The system section controls the features you can access from the touchpads on the side of the drivers. You have a wide range of choices including the ambient, playback, and volume controls. You can also set up for either Google Assistant or Amazon Alexa. Personally, I tend to throw in volume on the right and NC on the left as those are my most used features on the WF-1000XM3.
Other controls include disabling the sensor for pausing media when taking out the earphones and whether you want to turn the earphones off when not used for a period of time. I do recommend you activate that last option as there is nothing worse than a dead battery when you forget to turn them off.
This is probably where you are going to spend most of your time with the app since it houses the sound tweaking and NC functionality. For the NC controls, you can refer to our ANC section above.
Below the NC and Ambient Sound control suite are 3 key sections, the EQ, 360 Reality Audio setup, and the Sound Quality Mode including DSEE HX mode. This is a 5-band EQ so not the most expansive but it does give you 8 distinct presets and one user-customizable. You can also adjust the level of bass independently with their Clear Bass slide just below.
I tend to enjoy the Excited and Vocal the most out of the presets. The Excited preset is fairly distinguishable as a traditional V-Shaped high contrast sounding signature whereas the Vocal present introduces a bit more 1k emphasis and slightly less bass/treble contrast.
360 Reality Audio
360 Reality Audio is something new for me and I had to dig into Deezer’s back catalog to figure out what the big deal was about this. At a very crude level 360 reality Audio is built from the open MPEG-H 3D Audio standard and optimized for streaming. It gives engineers the flexibility to map out exactly how they want their imaging to sound. The idea is that you are placed right in the middle of the performance rather than the traditional front and center 3rd row or further behind.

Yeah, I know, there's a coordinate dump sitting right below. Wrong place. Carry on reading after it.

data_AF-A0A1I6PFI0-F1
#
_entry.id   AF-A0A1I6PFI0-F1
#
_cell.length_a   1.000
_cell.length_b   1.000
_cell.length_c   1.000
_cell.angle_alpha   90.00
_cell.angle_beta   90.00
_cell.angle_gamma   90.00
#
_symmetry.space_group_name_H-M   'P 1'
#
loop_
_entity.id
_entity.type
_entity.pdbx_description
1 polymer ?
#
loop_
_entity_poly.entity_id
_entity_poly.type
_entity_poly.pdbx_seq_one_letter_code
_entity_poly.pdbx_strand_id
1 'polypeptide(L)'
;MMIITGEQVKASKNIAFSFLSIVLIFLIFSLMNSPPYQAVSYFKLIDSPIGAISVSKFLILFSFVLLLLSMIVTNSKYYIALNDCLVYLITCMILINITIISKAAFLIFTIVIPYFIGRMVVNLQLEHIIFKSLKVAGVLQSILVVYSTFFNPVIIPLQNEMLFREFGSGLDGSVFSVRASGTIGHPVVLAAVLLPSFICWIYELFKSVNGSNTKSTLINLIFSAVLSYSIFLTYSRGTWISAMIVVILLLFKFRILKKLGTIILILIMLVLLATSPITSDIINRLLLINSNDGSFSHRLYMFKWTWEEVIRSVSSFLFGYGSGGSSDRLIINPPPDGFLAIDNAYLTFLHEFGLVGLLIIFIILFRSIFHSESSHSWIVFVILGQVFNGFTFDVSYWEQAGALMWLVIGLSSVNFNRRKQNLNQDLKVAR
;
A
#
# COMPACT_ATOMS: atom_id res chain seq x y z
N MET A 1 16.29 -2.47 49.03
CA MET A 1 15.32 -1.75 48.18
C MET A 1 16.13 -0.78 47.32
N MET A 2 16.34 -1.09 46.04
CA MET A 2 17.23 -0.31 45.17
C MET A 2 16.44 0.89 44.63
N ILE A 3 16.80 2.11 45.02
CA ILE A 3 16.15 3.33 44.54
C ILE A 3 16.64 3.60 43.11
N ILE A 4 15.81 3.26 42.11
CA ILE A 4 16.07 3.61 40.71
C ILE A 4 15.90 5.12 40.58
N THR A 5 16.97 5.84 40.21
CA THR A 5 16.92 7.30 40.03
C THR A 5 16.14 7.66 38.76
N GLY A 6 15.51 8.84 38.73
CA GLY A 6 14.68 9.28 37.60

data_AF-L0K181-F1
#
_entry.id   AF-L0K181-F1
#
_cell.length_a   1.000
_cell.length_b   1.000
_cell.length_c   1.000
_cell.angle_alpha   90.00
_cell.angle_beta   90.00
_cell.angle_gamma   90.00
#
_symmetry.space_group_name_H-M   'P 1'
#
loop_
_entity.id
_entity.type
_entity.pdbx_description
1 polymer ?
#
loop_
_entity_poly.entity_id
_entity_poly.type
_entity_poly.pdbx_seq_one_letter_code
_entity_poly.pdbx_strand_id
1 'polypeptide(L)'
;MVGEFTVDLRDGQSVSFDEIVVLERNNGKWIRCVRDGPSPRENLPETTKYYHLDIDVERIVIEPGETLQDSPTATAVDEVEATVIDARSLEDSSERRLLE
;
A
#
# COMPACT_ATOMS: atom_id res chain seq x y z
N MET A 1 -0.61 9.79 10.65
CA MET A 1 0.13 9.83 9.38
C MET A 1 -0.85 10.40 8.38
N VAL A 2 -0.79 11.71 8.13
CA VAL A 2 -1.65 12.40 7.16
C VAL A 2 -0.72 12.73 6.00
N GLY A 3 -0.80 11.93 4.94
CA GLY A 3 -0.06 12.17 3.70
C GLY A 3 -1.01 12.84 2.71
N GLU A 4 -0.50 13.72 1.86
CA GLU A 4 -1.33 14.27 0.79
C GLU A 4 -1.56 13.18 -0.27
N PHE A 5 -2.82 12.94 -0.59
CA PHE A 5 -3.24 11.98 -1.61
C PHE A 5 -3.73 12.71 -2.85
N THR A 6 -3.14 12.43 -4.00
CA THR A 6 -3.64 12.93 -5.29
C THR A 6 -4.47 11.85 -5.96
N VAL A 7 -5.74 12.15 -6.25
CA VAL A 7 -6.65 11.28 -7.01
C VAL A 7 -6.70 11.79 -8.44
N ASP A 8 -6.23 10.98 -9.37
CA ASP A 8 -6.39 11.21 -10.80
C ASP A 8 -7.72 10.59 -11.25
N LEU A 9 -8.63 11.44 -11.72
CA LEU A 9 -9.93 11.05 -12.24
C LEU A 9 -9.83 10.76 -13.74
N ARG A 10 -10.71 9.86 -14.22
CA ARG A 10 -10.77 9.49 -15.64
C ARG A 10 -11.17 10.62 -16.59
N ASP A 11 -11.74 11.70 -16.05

You do have to set everything up first, however. You cannot simply play a track for it to work. There are two stages to that in the app, an ear shape analysis, and an apps analysis. The ear shape is tricky as it involves you taking pics of your ear and the app mapping it out. Once completed you will be integrated with your chosen app and you can go ahead and play the tracks.
The effect is stunning, to be honest. Playing Marvin Gaye’s Sexual Healing, which is one of Deezer’s lead 360 Reality Audio titles, the spatial cues are coming at you left right and center, making for an incredibly immersive experience.
I quite forgot I was listening to an SBC encoded streaming track such was the attention to detail and how easy it was to pick out each individual instrument.
Packaging & Accessories
The WF-1000XM3 is pretty much your standard fare from Sony. A compact white retail box sleeve that slides off a black flip lid box. Inside, everything is very neatly laid out in a relatively flimsy plastic contoured tray.
Aside from the drivers and case you get the tips, a short USB-C to USB-A charging cable, and the tips housed in a plastic sealed tray. You also get a user manual and various Sony leaflets including warranty instructions for your region.
Click on page 2 below for performance impressions & comparisons